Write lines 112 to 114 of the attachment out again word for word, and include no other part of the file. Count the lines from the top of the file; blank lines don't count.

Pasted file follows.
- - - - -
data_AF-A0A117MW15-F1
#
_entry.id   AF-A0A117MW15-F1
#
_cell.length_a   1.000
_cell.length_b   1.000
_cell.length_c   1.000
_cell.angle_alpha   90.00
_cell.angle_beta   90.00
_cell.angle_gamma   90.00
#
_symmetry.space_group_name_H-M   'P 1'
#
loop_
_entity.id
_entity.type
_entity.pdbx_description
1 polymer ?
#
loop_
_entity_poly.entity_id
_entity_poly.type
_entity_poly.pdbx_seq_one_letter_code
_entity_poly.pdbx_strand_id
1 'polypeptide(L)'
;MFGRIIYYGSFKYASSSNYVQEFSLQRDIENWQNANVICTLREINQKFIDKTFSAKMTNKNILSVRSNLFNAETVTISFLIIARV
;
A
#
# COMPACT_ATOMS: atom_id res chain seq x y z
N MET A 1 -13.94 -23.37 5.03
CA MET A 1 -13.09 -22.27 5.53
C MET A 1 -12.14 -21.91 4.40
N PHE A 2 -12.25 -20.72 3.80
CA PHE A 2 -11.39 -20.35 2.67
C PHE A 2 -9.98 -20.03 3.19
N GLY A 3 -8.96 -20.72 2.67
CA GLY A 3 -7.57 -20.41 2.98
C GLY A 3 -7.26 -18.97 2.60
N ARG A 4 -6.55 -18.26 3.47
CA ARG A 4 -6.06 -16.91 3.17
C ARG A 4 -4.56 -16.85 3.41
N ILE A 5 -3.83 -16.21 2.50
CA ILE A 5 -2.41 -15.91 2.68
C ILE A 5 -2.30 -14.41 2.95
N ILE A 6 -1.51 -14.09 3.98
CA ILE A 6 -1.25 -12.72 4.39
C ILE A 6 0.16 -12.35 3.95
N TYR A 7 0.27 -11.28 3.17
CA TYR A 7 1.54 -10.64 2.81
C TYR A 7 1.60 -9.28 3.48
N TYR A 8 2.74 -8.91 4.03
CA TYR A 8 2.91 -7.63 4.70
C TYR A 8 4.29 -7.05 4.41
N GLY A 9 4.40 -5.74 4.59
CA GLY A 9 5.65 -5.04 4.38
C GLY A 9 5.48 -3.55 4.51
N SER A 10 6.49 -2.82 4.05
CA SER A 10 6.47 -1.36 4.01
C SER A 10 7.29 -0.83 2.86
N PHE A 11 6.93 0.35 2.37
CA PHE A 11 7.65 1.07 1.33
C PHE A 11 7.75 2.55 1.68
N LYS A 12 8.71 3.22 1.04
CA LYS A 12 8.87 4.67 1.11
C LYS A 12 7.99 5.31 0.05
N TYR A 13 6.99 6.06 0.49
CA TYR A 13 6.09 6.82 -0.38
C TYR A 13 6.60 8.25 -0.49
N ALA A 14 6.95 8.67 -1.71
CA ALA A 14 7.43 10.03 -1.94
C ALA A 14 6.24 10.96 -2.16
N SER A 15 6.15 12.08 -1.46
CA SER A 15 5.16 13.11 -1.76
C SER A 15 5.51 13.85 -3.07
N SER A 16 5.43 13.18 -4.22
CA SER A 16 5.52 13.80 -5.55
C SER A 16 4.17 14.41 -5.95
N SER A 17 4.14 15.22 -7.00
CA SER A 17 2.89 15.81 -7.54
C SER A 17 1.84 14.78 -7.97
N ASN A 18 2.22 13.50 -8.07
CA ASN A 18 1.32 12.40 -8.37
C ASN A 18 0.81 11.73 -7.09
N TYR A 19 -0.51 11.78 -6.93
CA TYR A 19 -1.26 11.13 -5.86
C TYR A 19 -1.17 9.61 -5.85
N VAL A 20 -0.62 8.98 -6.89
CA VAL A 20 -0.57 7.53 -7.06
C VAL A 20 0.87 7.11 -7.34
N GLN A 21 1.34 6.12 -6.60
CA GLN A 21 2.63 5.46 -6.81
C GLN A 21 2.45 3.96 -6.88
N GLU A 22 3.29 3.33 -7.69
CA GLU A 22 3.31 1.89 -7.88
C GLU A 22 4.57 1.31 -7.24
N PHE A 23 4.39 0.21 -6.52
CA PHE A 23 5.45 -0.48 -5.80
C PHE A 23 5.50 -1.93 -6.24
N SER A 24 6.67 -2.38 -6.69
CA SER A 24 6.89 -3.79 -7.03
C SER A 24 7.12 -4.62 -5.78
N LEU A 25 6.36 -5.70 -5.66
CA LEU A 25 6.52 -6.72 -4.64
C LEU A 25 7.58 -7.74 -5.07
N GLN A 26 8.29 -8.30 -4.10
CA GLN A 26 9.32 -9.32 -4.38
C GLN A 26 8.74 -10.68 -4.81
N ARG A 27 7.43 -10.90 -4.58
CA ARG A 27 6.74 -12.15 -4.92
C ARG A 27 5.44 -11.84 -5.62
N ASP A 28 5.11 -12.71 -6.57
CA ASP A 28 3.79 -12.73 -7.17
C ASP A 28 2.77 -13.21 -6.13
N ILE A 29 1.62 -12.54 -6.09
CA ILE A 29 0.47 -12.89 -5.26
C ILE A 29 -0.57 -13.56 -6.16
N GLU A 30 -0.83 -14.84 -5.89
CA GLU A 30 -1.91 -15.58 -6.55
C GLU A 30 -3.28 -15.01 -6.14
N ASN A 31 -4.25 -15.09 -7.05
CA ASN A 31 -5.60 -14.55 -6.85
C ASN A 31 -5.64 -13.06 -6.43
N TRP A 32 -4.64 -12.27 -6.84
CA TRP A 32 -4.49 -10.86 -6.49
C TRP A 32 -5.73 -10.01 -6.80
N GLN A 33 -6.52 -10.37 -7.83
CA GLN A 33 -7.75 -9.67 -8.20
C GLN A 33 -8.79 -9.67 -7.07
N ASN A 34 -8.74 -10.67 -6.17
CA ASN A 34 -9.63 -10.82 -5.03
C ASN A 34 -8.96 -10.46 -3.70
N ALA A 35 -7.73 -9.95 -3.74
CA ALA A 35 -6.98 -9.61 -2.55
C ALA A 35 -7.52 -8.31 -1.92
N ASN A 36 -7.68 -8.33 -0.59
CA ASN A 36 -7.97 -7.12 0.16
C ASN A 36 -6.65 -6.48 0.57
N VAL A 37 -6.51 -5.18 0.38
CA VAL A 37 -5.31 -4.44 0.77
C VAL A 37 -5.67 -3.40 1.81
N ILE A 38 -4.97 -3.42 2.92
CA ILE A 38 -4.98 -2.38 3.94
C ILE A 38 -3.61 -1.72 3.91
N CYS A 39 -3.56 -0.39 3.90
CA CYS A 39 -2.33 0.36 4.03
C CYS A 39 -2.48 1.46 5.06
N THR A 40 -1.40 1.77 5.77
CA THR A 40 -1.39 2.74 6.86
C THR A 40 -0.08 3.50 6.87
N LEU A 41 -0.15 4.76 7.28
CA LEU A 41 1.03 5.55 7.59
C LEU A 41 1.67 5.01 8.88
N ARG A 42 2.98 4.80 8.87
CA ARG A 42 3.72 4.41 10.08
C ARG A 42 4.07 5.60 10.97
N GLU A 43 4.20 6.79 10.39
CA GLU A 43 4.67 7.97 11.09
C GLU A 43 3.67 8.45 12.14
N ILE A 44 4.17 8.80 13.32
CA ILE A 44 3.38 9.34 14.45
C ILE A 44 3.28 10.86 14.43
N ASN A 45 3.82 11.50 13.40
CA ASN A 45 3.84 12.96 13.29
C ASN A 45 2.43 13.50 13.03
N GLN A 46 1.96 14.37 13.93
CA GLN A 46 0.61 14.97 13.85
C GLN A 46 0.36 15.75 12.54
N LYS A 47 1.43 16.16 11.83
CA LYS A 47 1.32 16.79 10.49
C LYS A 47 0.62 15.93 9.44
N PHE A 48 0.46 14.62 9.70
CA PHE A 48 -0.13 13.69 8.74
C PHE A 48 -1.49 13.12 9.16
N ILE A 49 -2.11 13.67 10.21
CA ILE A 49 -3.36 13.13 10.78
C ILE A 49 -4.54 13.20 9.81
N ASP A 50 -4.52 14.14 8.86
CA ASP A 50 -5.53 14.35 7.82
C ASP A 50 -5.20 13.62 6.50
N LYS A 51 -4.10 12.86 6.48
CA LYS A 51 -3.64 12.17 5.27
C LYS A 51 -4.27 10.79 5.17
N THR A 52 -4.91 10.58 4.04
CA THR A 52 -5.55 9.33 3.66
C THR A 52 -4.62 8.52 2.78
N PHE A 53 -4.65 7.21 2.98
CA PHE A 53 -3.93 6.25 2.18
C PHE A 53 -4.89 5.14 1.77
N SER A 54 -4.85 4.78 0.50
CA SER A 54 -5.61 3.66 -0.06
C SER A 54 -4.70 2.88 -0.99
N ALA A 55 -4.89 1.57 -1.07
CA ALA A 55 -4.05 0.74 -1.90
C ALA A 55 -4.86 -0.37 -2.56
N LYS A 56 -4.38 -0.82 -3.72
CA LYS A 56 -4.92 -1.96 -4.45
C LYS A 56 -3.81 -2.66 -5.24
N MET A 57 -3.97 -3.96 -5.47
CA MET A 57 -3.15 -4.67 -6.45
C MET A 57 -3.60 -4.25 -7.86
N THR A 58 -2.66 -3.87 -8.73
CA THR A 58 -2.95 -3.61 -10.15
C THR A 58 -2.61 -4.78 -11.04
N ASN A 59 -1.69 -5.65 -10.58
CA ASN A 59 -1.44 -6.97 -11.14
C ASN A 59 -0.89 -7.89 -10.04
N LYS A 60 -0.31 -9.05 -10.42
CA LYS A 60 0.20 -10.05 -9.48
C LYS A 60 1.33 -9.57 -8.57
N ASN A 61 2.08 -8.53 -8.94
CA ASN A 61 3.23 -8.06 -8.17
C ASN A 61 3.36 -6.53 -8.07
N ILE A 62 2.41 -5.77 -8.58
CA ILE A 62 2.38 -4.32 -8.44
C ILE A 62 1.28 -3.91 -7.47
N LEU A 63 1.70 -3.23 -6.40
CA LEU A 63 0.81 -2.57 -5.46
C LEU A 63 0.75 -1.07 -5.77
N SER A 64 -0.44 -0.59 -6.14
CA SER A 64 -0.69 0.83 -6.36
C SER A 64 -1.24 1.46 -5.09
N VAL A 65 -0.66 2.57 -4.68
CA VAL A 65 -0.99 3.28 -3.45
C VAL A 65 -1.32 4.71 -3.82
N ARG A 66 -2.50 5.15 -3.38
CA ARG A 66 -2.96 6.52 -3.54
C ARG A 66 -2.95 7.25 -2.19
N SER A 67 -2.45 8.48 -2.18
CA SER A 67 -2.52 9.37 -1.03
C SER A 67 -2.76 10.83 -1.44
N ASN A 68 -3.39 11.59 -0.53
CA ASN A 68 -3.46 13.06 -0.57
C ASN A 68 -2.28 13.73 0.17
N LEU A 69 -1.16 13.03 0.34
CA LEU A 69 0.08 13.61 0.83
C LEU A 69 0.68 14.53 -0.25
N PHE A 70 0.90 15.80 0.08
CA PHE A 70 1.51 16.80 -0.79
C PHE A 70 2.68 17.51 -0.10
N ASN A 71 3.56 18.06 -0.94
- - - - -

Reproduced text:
N ASP A 28 5.11 -12.71 -6.57
CA ASP A 28 3.79 -12.73 -7.17
C ASP A 28 2.77 -13.21 -6.13